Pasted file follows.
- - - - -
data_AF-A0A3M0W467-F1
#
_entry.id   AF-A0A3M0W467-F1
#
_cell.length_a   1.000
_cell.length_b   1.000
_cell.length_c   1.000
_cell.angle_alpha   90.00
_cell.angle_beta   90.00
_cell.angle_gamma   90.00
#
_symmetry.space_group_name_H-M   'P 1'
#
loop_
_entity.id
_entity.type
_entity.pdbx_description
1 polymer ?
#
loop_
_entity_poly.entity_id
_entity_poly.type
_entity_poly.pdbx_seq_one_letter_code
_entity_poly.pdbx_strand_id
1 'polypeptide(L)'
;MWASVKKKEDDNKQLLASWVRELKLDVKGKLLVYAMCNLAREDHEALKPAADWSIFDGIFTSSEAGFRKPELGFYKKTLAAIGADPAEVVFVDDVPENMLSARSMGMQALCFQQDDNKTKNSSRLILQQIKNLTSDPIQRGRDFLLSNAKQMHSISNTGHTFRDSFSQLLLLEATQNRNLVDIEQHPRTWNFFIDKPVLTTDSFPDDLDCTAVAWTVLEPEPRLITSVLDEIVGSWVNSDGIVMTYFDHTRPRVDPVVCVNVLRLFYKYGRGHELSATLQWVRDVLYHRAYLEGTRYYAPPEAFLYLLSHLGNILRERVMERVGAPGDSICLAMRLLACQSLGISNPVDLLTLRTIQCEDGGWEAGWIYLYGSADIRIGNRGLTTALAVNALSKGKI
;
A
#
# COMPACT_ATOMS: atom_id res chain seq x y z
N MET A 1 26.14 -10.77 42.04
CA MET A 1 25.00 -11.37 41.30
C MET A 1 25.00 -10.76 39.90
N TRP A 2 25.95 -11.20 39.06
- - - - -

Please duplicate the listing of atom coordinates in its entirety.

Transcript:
data_AF-A0A3M0W467-F1
#
_entry.id   AF-A0A3M0W467-F1
#
_cell.length_a   1.000
_cell.length_b   1.000
_cell.length_c   1.000
_cell.angle_alpha   90.00
_cell.angle_beta   90.00
_cell.angle_gamma   90.00
#
_symmetry.space_group_name_H-M   'P 1'
#
loop_
_entity.id
_entity.type
_entity.pdbx_description
1 polymer ?
#
loop_
_entity_poly.entity_id
_entity_poly.type
_entity_poly.pdbx_seq_one_letter_code
_entity_poly.pdbx_strand_id
1 'polypeptide(L)'
;MWASVKKKEDDNKQLLASWVRELKLDVKGKLLVYAMCNLAREDHEALKPAADWSIFDGIFTSSEAGFRKPELGFYKKTLAAIGADPAEVVFVDDVPENMLSARSMGMQALCFQQDDNKTKNSSRLILQQIKNLTSDPIQRGRDFLLSNAKQMHSISNTGHTFRDSFSQLLLLEATQNRNLVDIEQHPRTWNFFIDKPVLTTDSFPDDLDCTAVAWTVLEPEPRLITSVLDEIVGSWVNSDGIVMTYFDHTRPRVDPVVCVNVLRLFYKYGRGHELSATLQWVRDVLYHRAYLEGTRYYAPPEAFLYLLSHLGNILRERVMERVGAPGDSICLAMRLLACQSLGISNPVDLLTLRTIQCEDGGWEAGWIYLYGSADIRIGNRGLTTALAVNALSKGKI
;
A
#
# COMPACT_ATOMS: atom_id res chain seq x y z
N MET A 1 26.14 -10.77 42.04
CA MET A 1 25.00 -11.37 41.30
C MET A 1 25.00 -10.76 39.90
N TRP A 2 25.95 -11.20 39.06